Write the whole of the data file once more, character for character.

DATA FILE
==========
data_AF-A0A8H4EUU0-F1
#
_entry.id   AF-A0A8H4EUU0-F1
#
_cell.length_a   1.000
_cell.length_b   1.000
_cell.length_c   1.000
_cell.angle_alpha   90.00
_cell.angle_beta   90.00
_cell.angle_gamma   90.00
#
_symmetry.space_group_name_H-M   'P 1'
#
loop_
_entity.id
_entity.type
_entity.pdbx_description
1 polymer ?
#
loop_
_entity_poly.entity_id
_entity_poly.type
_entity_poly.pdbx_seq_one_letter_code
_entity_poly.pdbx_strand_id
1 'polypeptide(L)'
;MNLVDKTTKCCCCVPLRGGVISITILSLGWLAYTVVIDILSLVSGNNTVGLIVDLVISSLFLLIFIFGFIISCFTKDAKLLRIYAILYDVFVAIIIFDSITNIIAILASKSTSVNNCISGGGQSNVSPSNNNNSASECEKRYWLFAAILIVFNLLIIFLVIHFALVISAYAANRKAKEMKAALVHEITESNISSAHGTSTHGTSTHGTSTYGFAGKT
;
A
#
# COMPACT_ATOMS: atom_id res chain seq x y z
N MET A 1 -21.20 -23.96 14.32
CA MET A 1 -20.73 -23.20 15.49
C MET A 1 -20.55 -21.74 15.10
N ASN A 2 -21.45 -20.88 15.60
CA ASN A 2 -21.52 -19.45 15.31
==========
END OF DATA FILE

data_AF-A0A8H4EUU0-F1
#
_entry.id   AF-A0A8H4EUU0-F1
#
_cell.length_a   1.000
_cell.length_b   1.000
_cell.length_c   1.000
_cell.angle_alpha   90.00
_cell.angle_beta   90.00
_cell.angle_gamma   90.00
#
_symmetry.space_group_name_H-M   'P 1'
#
loop_
_entity.id
_entity.type
_entity.pdbx_description
1 polymer ?
#
loop_
_entity_poly.entity_id
_entity_poly.type
_entity_poly.pdbx_seq_one_letter_code
_entity_poly.pdbx_strand_id
1 'polypeptide(L)'
;MNLVDKTTKCCCCVPLRGGVISITILSLGWLAYTVVIDILSLVSGNNTVGLIVDLVISSLFLLIFIFGFIISCFTKDAKLLRIYAILYDVFVAIIIFDSITNIIAILASKSTSVNNCISGGGQSNVSPSNNNNSASECEKRYWLFAAILIVFNLLIIFLVIHFALVISAYAANRKAKEMKAALVHEITESNISSAHGTSTHGTSTHGTSTYGFAGKT
;
A
#
# COMPACT_ATOMS: atom_id res chain seq x y z
N MET A 1 -21.20 -23.96 14.32
CA MET A 1 -20.73 -23.20 15.49
C MET A 1 -20.55 -21.74 15.10
N ASN A 2 -21.45 -20.88 15.60
CA ASN A 2 -21.52 -19.45 15.31